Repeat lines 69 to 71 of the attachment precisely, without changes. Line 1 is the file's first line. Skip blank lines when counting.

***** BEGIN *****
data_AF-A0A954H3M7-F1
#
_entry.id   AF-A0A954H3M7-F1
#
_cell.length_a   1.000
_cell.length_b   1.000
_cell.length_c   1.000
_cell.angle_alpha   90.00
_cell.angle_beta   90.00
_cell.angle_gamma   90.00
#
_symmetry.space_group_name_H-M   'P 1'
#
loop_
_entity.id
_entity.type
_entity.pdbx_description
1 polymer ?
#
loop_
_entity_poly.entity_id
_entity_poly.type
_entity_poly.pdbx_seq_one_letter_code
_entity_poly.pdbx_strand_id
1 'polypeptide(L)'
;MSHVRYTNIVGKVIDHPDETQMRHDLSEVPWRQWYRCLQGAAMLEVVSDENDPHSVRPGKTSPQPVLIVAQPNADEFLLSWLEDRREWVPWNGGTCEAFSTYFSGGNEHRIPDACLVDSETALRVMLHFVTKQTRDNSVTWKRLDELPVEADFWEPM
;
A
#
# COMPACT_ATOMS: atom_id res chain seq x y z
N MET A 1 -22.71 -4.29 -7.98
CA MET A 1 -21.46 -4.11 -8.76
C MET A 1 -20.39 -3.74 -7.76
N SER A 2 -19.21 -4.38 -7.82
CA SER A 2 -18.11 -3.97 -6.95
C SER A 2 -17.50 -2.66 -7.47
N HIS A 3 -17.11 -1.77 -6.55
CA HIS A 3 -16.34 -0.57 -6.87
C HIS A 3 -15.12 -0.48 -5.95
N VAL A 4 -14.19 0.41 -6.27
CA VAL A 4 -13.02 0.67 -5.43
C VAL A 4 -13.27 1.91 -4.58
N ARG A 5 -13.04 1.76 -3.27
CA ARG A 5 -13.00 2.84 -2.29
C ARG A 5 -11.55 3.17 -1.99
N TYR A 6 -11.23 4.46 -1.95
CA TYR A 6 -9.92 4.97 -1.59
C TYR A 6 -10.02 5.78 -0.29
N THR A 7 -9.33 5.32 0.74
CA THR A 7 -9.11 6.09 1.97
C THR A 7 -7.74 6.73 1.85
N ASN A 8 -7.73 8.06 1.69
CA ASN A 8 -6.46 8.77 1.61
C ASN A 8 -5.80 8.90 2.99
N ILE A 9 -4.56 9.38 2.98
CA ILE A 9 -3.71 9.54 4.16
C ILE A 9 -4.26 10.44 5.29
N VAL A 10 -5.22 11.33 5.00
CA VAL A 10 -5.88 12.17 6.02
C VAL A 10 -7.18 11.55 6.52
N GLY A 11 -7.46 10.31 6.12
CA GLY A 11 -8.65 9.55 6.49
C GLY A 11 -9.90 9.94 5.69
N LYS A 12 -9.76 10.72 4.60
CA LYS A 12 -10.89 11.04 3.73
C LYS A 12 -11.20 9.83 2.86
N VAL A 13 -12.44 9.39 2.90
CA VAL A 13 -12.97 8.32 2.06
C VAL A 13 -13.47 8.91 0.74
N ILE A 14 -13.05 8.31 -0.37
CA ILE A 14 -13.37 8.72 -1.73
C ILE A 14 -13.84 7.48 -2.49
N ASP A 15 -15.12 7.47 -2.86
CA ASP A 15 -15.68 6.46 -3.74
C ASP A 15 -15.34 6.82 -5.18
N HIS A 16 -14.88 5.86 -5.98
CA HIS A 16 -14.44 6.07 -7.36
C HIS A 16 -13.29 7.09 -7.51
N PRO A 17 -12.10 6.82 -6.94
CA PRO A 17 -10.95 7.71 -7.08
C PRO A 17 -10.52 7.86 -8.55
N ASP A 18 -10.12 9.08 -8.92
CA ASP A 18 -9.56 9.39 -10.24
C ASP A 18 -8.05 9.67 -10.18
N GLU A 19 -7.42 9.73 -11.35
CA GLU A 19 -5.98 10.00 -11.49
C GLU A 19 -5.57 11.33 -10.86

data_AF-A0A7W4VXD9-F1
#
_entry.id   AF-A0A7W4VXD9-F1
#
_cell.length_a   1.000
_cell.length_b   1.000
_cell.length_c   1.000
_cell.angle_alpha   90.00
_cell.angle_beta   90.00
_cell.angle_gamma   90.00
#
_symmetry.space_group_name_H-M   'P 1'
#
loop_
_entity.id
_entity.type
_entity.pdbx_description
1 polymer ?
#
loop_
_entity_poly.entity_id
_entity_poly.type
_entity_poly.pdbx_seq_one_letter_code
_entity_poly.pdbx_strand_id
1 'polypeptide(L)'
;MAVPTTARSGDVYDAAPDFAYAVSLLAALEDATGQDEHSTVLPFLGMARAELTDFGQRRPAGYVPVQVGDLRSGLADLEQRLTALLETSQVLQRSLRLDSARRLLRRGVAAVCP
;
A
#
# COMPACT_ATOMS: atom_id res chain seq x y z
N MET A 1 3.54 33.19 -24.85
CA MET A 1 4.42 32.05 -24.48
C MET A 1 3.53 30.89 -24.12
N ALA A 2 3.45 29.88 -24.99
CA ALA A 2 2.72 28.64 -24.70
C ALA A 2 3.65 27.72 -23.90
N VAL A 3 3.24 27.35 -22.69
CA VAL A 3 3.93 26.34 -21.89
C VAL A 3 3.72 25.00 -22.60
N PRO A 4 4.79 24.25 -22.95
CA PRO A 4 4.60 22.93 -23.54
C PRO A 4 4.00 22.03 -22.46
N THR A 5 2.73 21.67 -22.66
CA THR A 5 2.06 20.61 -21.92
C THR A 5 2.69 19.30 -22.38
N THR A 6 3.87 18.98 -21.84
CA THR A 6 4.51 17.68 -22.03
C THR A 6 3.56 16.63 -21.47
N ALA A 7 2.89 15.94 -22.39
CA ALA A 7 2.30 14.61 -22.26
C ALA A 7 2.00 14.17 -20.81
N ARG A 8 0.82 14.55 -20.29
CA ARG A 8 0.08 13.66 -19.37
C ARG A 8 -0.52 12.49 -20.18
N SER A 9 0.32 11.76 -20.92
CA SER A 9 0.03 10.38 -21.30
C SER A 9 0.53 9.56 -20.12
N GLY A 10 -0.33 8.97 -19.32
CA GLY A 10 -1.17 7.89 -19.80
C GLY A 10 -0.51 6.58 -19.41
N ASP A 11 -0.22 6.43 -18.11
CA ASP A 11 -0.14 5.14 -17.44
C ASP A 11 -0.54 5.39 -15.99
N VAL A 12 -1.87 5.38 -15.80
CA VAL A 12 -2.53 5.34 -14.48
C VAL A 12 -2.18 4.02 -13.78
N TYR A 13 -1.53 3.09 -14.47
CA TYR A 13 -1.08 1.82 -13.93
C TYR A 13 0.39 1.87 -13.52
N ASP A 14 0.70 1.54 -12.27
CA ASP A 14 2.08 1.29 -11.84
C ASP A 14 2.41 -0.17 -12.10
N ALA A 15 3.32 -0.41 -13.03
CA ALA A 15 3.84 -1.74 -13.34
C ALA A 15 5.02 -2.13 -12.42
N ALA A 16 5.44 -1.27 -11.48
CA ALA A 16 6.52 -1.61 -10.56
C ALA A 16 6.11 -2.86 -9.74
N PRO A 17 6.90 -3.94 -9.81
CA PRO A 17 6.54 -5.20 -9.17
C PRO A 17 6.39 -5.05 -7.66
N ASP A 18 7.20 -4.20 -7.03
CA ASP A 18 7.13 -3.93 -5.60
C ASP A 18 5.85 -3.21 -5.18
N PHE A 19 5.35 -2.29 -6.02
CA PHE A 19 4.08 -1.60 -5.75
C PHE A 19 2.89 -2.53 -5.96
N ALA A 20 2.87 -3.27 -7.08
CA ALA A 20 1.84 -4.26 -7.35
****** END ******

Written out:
C VAL A 13 -13.47 8.91 0.74
N ILE A 14 -13.05 8.31 -0.37
CA ILE A 14 -13.37 8.72 -1.73